- Legacy Versions – Many enterprises still run older versions of Oracle to support specific needs, these will often require upgrades prior to migration to alternative platforms to ensure data can be properly exported or replicated to facilitate loading the new environment.
Identify Cloud Platform & Database
Next, you must decide on your target cloud platform and associated database. While many common databases like EnterpriseDB, SQL Server, MySQL and other will run on all public cloud vendors, each public cloud vendor has built their own specific capabilities that can lower operations costs and the time necessary for migration. Some examples of platform specific innovation include:
- AWS Aurora is an AWS-enhanced version of MySQL that provides many operational advantages around deployment, scaling and availability not available if a base installation of MySQL is leveraged.
- Azure SQL is a PaaS implementation of SQL Server, with many operational benefits to lower TCO compared to traditional SQL Server installations.
- EnterpriseDB can be run on any of the three major public cloud providers and provides the ability to run unmodified PL/SQL, facilitating faster migrations without the need for as much refactoring.
The evaluation of cloud vendors and target database platforms should be done in parallel so that tradeoffs and capabilities can be considered when making platform and database choices. The ultimate decision for targets has both financial and technical considerations. Often the public cloud vendors will provide access to subsidized tools to facilitate adoption as well as credits to support the initial build out of workloads on their cloud.
Identify Data Migration Method
After a target cloud platform and database has been selected, the method for migration of data must be chosen. The most critical question to this selection is, “how much downtime can I tolerate when I cutover?” This is a place where both the cloud vendors as well as third parties provide solutions that can be leveraged, depending on availability needs.
- Low Tolerance for Downtime – Tools from companies like Attunity can facilitate the replication of data while keeping multiple databases in sync, enabling rapid application cutover where downtime needs to be kept to a minimum.
- Moderate Tolerance for Downtime – Where a little more tolerance is available, the cloud platform vendors provide their own tools to facilitate both schema conversion, as well as data migration. AWS offers the Database Migration Service, and Microsoft the Assessment and Planning Toolkit and SQL Server Migration Assistant.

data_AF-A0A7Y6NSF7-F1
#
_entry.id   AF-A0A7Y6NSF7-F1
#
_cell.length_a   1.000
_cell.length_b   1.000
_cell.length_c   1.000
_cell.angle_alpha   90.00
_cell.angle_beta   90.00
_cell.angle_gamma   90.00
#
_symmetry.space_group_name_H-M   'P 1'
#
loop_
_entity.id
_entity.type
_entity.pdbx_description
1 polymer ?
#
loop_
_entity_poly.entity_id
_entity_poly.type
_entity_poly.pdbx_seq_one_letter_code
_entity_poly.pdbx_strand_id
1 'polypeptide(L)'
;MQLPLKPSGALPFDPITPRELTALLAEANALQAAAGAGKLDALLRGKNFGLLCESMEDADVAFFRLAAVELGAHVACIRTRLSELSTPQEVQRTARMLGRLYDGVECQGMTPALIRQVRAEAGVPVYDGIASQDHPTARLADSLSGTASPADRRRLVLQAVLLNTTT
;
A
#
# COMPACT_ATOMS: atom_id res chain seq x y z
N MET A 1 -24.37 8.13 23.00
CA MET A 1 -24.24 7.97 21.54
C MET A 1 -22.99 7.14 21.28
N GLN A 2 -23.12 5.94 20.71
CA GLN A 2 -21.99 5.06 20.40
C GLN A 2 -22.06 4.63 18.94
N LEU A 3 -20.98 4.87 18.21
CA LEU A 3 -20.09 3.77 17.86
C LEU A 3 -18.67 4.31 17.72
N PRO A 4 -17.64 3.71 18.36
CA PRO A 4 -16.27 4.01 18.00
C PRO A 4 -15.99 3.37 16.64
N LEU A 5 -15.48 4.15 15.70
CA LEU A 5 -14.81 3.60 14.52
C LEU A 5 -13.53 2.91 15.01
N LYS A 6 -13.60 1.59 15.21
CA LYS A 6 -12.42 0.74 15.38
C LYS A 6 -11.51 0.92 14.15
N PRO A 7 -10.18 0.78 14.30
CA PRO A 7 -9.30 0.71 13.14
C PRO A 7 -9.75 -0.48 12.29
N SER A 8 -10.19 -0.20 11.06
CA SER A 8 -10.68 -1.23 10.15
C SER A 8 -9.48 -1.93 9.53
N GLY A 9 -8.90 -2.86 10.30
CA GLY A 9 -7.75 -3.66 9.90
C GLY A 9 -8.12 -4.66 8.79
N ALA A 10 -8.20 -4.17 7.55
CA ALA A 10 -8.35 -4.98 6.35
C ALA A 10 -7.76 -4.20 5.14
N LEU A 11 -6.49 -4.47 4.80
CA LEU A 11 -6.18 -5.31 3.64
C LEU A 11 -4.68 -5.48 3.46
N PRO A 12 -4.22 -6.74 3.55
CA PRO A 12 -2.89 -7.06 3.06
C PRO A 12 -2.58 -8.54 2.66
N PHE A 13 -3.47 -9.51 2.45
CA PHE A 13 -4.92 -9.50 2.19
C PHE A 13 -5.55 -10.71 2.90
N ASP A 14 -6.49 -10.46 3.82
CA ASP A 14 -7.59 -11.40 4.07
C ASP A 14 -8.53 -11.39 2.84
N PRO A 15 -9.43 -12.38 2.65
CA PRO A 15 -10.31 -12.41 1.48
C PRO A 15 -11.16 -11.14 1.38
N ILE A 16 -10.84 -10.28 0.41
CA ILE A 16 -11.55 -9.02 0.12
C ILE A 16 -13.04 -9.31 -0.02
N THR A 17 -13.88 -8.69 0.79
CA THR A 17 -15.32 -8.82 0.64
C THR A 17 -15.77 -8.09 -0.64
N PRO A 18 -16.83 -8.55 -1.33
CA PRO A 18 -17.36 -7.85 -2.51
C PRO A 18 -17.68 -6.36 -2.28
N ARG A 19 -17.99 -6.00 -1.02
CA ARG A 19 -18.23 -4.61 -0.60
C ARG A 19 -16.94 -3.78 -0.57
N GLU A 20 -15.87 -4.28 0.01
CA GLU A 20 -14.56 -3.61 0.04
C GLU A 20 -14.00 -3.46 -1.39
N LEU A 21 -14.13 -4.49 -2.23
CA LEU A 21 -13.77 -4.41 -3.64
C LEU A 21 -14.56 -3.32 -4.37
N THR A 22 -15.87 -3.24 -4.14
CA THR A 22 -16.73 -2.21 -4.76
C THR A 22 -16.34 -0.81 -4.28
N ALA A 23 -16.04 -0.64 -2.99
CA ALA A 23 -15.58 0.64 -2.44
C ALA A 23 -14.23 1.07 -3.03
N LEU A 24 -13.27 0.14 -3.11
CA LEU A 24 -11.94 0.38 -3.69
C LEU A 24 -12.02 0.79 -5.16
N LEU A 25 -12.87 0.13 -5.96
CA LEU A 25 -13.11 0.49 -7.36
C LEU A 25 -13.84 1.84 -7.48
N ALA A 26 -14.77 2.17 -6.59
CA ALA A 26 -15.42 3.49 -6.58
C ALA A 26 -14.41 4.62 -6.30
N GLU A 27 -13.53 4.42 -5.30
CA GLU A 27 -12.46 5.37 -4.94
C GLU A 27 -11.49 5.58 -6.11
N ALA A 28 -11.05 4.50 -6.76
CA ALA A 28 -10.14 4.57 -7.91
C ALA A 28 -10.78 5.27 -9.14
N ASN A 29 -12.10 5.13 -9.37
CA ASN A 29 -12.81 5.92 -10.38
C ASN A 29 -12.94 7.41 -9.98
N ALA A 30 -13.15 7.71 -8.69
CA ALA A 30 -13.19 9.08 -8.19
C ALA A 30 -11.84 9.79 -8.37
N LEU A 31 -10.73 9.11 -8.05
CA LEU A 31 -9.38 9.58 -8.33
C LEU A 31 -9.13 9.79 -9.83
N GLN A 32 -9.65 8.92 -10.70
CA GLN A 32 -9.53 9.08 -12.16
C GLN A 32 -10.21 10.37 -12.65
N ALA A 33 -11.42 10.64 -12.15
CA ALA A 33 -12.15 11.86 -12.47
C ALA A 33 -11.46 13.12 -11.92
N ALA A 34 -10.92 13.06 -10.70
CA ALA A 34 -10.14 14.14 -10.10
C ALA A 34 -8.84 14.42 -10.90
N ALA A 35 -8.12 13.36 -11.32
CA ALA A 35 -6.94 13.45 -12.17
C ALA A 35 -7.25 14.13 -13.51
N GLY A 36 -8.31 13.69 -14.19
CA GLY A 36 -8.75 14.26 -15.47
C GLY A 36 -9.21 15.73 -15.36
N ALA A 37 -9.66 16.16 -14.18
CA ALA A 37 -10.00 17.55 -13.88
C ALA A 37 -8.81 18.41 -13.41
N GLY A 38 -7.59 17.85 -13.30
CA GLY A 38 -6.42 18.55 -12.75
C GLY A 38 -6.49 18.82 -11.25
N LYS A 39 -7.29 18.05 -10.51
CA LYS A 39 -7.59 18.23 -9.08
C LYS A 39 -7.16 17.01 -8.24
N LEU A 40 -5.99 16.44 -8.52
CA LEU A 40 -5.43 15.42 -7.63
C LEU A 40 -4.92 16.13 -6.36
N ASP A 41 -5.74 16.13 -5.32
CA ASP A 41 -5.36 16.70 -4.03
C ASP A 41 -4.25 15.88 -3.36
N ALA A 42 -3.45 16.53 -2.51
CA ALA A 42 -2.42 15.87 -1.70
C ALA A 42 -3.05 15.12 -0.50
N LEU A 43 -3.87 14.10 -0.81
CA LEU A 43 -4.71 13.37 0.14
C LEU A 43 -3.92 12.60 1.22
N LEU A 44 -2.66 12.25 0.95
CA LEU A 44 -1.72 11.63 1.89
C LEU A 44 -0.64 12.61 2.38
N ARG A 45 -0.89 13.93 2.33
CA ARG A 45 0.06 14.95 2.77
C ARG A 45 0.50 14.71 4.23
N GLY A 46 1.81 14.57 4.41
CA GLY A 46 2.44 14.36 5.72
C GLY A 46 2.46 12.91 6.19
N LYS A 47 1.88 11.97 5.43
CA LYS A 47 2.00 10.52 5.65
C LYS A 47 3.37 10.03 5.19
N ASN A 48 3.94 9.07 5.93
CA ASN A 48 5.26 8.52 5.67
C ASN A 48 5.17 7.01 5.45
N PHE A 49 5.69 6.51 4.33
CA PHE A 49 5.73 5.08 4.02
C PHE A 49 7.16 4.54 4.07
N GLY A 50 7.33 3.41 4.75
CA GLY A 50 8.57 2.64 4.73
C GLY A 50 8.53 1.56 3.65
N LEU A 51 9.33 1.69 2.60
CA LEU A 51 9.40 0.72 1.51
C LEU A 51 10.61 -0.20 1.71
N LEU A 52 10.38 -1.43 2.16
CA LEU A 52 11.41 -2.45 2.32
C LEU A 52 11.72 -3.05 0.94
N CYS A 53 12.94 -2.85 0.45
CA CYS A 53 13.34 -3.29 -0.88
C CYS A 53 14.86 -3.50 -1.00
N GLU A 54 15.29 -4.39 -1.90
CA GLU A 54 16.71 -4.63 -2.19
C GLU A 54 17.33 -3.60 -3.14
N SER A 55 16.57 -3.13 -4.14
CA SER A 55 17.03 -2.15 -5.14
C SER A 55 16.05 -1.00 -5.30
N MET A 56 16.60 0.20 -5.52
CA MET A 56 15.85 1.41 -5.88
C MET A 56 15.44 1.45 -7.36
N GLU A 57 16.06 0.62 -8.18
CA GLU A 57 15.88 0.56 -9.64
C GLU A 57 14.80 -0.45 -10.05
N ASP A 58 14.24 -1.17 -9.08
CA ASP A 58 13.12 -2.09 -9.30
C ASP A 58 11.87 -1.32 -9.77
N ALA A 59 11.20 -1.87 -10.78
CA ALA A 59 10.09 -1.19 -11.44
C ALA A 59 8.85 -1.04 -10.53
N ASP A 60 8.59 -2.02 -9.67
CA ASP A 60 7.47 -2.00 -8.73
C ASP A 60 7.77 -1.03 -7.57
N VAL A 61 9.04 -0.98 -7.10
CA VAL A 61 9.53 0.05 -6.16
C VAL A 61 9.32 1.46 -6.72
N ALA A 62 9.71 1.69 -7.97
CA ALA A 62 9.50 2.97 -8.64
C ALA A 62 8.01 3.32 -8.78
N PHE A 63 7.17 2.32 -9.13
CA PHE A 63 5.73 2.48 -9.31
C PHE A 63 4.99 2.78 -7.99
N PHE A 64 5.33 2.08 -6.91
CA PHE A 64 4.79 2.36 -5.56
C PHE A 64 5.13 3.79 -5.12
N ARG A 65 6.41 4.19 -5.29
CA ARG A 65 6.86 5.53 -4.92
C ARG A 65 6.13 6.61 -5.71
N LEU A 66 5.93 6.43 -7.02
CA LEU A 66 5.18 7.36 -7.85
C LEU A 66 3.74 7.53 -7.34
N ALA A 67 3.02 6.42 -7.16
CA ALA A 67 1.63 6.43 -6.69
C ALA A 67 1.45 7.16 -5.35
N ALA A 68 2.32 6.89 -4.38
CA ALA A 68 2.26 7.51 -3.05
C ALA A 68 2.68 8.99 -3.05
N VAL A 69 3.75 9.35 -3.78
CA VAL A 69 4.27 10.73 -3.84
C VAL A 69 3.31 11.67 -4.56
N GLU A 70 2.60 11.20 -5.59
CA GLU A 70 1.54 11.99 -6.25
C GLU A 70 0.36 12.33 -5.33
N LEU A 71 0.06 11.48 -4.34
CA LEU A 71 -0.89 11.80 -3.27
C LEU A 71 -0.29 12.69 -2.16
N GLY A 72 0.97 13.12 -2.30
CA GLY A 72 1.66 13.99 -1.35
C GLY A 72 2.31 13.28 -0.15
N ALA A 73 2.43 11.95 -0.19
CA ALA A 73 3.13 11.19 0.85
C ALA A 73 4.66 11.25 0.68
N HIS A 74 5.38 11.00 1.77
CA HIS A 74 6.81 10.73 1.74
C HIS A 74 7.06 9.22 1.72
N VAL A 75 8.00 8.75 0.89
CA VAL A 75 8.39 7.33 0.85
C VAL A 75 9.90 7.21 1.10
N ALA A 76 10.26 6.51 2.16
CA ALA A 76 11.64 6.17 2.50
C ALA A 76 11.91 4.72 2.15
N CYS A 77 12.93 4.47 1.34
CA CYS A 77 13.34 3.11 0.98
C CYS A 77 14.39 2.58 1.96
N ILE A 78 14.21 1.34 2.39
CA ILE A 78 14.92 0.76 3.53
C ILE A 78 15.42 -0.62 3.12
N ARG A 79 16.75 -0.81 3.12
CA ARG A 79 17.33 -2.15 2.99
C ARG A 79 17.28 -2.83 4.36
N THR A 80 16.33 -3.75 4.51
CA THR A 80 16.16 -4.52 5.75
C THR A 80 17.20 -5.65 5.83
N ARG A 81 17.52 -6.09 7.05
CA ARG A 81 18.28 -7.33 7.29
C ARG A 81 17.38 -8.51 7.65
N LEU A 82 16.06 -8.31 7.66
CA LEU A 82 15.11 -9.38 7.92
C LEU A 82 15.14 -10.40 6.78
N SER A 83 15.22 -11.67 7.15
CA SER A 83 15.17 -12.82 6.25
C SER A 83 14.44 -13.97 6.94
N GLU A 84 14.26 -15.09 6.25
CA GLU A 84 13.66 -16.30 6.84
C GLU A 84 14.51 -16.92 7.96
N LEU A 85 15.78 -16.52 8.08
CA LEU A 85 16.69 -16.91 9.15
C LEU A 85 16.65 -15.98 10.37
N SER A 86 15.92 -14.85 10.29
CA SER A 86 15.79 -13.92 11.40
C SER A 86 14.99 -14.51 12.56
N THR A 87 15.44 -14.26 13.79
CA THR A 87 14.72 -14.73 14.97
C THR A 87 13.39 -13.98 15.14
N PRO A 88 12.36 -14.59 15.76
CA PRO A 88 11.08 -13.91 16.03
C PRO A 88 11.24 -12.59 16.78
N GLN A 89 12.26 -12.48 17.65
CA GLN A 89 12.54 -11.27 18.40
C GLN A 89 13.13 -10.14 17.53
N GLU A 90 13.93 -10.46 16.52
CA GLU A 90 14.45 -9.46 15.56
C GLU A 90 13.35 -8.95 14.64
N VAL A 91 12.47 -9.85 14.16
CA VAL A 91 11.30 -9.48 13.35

- High Tolerance for Downtime – AWS provides Snowball for environments where high latency is acceptable to facilitate the movement of large amounts of data that would overwhelm an enterprise’s upstream bandwidth.
With the high levels of availability required on many business systems, it is not a simple cutover. Particularly in complex environments where databases are receiving feeds from many sources and providing exports to others, testing is critical to ensure success. Executing a dry run prior to the formal migration will allow staff to validate checklists, validate skills and most importantly, test roll back procedures in the event the migration fails. These dry-runs enable the team to get comfortable working together in the various aspects of application, infrastructure, security and database operations that must execute in unison for the production cut over.
The dry-run is not a one-time event. It should be executed at a minimum, once per application and database being migrated, but could reasonably be done several times to ensure proper process and roll back procedures.
The final cut over of the database can be the highest stress period for the entire time. This should be done at a time that limits business impact, and provides a large enough window to properly test the new environment before business users being using the system.
Support systems should be put in place to take calls from developers, DBAs and business users who may identify mis-configurations or need assistance operating the new platform.
Database migrations are complex. It is rarely a simple case of one application to one database. More often it is a complex, interconnected ecosystem where ETL pipelines must be maintained, database exports must be rewritten and applications refactored to account for a new database with unique capabilities and features. Leaving Oracle is not a trivial task, but can provide an organization large benefits, both financial and operational. The ability to move between database platforms removes risk of vendor lock-in so that organizations can focus on application enhancements and investment of IT resources that will drive the biggest gains.